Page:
Written in October, 2017, after first broadcast of Ken Burns’ Vietnam on PBS.
Regrettably, I was one of the millions of Americans who believed the “domino” argument from our leaders in the early 60s: If Vietnam went Communist, they told us, then all of southeast Asia would be lost. I supported the war, even as I prayed that my Army Reserve unit would never be called up to fight it.
What I did not know at the time was that our new President, who had inherited the war from President Kennedy, was saying one thing in public and another thing in private. Had I heard his conversation with Senator Richard Russell in May of 1964, I would have opposed the massive expansion of our commitment (which included only a few thousand advisors at that point), and expected President Johnson to withdraw.
But the tape of that conversation was not released until a few years ago. Listening to it, and watching the Ken Burns documentary on Vietnam on PBS, tells me that America can do the wrong thing even when our president and some leaders know it’s the wrong thing.
Here is the excerpt from the Johnson/Russell conversation. It is no “Profile in Courage.”
RICHARD RUSSELL: It’s … the damn worst mess I ever saw, and I don’t like to brag. I never have been right many times in my life. But I knew we were going to get into this sort of mess when we went in there….
LYNDON B. JOHNSON: Well, that’s the way that I’ve been feeling for six months.
RUSSELL: It appears our position is deteriorating. And it looks like the more we try to do for them, the less that they’re willing to do for themselves […] It’s a hell, a hell of a situation. It’s a mess….
JOHNSON: How important is it to us?
RUSSELL: It isn’t important a damn bit, with all these new missile systems.
JOHNSON: Well, I guess it’s important to us….
RUSSELL: From a psychological standpoint….
JOHNSON: Now, the whole question, as I see it, do we, is it more dangerous for us to let things go as they’re going now, deteriorating every day-
RUSSELL: I don’t think we can let it go, Mr. President, indefinitely.
JOHNSON: Then it would be for us to move in?
RUSSELL: We either got to move in or move out.
JOHNSON: That’s about what it is.
RUSSELL: You can make a tremendous case for moving out […]
JOHNSON: Well, they’d impeach a President …that would run out, wouldn’t they? …Outside Morse, everybody I talk to says you got to go in, including Hickenlooper, including all the Republicans — none of them disagreed with him yesterday when he made the statement “we have to stand.” And I don’t know how in the hell you’re gonna get out unless they tell you to get out.
RUSSELL: It’s the only issue they got […] It’s a tragic situation. It’s just one of those places where you can’t win. Anything you do is wrong […] If we had a man running the government over there that told us to get out, we could sure-get out.
JOHNSON: That’s right, but you can’t do that …
RUSSELL: Of course you’d look pretty good, I guess, going in there with all the troops and sending them all in there, but I tell you it’ll be the most expensive venture this country ever went into.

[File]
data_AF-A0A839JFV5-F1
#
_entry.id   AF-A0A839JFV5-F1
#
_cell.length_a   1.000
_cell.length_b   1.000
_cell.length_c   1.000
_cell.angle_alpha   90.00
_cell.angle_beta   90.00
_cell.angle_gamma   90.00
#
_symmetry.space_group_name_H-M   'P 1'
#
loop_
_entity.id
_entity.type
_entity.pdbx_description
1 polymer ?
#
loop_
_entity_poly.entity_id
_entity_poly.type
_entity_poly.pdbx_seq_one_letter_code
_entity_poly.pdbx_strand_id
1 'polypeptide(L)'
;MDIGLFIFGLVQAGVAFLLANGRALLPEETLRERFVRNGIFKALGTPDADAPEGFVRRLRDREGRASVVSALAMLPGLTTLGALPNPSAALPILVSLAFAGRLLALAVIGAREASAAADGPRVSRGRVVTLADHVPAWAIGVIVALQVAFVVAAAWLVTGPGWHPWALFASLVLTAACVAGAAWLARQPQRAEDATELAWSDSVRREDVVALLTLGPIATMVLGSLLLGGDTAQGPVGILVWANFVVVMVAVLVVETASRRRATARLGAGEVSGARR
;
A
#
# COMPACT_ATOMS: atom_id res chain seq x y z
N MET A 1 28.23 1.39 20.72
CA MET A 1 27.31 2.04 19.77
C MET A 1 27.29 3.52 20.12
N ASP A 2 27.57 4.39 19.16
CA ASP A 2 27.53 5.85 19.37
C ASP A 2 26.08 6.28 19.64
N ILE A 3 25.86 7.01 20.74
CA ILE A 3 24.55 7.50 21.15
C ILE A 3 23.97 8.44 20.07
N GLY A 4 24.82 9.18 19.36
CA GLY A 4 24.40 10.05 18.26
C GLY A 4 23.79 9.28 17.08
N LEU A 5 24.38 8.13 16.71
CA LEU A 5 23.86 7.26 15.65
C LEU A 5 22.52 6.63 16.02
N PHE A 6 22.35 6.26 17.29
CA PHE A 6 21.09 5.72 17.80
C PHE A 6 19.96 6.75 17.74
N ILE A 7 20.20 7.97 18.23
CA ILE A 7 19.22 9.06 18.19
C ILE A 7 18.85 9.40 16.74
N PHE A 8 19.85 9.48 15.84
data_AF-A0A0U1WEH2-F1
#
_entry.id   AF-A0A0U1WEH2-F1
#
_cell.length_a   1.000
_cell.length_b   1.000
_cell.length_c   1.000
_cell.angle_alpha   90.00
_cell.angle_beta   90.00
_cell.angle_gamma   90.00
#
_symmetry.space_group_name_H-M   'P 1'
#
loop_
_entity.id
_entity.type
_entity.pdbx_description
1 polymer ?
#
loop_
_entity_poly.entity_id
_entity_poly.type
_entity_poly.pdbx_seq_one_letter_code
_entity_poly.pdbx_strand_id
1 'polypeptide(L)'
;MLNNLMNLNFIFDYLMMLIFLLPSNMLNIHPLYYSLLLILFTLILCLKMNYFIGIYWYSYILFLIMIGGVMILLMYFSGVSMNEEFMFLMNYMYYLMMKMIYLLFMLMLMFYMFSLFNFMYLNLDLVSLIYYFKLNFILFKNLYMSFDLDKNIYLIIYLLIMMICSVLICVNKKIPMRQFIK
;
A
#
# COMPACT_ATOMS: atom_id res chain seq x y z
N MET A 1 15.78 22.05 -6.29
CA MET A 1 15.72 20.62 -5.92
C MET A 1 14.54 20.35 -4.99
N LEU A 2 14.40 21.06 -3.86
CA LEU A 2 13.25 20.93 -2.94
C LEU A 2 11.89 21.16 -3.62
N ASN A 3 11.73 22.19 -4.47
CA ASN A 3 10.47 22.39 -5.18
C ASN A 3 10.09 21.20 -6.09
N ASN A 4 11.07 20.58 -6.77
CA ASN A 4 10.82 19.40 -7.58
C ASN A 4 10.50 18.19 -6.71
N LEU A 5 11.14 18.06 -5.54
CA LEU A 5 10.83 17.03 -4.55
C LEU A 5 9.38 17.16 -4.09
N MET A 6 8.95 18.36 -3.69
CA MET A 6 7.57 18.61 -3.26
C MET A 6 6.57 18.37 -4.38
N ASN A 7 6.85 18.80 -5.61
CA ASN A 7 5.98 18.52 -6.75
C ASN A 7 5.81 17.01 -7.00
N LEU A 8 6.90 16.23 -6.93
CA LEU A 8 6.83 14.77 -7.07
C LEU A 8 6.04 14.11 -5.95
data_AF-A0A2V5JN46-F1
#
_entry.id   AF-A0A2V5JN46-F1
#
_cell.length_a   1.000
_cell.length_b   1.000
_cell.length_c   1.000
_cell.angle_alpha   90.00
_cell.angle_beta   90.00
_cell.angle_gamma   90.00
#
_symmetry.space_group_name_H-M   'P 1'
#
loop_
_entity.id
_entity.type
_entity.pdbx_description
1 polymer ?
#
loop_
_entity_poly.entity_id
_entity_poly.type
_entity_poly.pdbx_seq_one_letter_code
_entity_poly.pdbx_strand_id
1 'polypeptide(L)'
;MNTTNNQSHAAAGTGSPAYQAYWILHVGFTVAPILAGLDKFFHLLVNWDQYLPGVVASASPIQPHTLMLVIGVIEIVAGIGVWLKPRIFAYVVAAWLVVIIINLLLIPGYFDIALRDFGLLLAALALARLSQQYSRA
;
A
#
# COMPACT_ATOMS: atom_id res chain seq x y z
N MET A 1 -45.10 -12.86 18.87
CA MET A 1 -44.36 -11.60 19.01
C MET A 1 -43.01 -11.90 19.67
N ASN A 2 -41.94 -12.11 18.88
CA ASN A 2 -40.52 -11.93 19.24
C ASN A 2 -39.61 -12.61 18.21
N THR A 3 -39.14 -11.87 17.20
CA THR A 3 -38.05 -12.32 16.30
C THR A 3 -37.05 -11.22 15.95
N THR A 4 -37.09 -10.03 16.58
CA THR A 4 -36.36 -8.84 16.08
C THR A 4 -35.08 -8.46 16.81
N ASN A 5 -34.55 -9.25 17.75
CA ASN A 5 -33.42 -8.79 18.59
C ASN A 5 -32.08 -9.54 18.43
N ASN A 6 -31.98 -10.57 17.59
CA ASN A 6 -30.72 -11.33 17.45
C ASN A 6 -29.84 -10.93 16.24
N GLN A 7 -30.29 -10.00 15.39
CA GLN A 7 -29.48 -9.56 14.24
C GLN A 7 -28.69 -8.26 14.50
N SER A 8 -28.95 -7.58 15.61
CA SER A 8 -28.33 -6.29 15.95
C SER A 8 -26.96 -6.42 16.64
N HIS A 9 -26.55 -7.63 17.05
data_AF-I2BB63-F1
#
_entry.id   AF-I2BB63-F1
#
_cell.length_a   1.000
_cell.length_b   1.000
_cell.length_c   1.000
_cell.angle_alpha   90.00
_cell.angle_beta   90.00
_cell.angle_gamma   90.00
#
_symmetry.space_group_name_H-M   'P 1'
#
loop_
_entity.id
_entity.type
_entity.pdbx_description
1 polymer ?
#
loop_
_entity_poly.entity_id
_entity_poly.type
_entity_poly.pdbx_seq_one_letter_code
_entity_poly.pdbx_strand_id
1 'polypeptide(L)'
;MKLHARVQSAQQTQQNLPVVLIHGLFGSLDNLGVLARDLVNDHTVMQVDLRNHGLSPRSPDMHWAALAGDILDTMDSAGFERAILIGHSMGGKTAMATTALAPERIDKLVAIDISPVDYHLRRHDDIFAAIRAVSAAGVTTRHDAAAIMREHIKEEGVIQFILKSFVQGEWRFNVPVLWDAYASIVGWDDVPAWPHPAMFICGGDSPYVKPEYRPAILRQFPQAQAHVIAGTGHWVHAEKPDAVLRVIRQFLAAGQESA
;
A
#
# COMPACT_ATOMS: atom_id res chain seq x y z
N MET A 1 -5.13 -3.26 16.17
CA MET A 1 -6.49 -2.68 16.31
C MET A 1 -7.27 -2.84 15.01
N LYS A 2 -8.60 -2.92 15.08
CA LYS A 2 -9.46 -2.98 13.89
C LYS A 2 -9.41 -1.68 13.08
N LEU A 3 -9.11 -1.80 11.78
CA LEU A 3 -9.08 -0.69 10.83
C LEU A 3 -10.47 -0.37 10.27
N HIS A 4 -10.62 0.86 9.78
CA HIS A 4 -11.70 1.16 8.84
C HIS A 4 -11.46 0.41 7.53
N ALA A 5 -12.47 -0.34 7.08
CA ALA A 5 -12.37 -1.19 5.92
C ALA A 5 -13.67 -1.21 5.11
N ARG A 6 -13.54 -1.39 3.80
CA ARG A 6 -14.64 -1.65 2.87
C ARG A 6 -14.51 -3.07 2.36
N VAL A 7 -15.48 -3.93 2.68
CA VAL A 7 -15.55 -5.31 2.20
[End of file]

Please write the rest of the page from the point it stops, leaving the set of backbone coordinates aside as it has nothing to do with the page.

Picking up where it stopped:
JOHNSON: I just haven’t got the nerve to do it, and I don’t see any other way out of it.
RUSSELL: It’s one of these things where “heads I win, tails you lose.”
JOHNSON: I mean, yes, and from the standpoint that we are party to a treaty. And if we don’t pay any attention to this treaty, why, I don’t guess they think we pay attention to any of them.
RUSSELL: Yeah, but we’re the only ones paying any attention to it.
JOHNSON: Yeah, I think that’s right […] I don’t think the people of the country know much about Vietnam and I think they care a hell of a lot less.
RUSSELL: I know, but you go send a whole lot of our boys out there-
JOHNSON: Yeah, that’s right. That’s exactly right. That’s what I’m talking about. You get a few. We had 35 killed-and we got enough hell over 35-this year […] The Republicans are going to make a political issue out of it, every one of them, even Dirksen.
In July of 1965, fourteen months after he told Richard Russell that he thought the war was unnecessary, President Johnson sent the first of what became 2.7 million Americans (9.7% of their generation) to Vietnam [including 250 men from the unit upstairs from my unit in the Army Base in South Boston (now a design center)], where they fought and died in a war that cost the lives of 58,000 Americans and an estimated 3.5 million Vietnamese (including 2 million civilians, north and south) before it ended a decade later.
The war might have been much shorter except for what many think of as the treasonous behavior of the next President to inherit the war, Richard Nixon.
In 1968, faced with ever increasing opposition to the war, including rioting in the streets, Lyndon Johnson took himself out of the Presidential race and tried to start peace talks with the North Vietnamese. In the late summer of that year, Richard Nixon, who had won the Republican nomination for President, secretly sent an envoy to the South Vietnamese government leaders telling them not to participate in the peace talks, because if he got elected (and he was running ahead of the Democratic nominee, Hubert Humphrey) he would get them a better deal.
Johnson found out about this through bugs in the Vietnamese Embassy and wiretaps, and called Nixon to tell him not to do anything like that. Nixon said he would never do such a thing (you can listen to the tape), and Johnson did not call him a liar because he was unwilling to reveal that we had bugs and taps.
Nixon campaigned on a “Secret Plan” to end the war. Had he said it would take seven more years, cost the lives of tens of thousands more American troops, and ended in a loss; he would never have won the election, but he didn’t, and he did.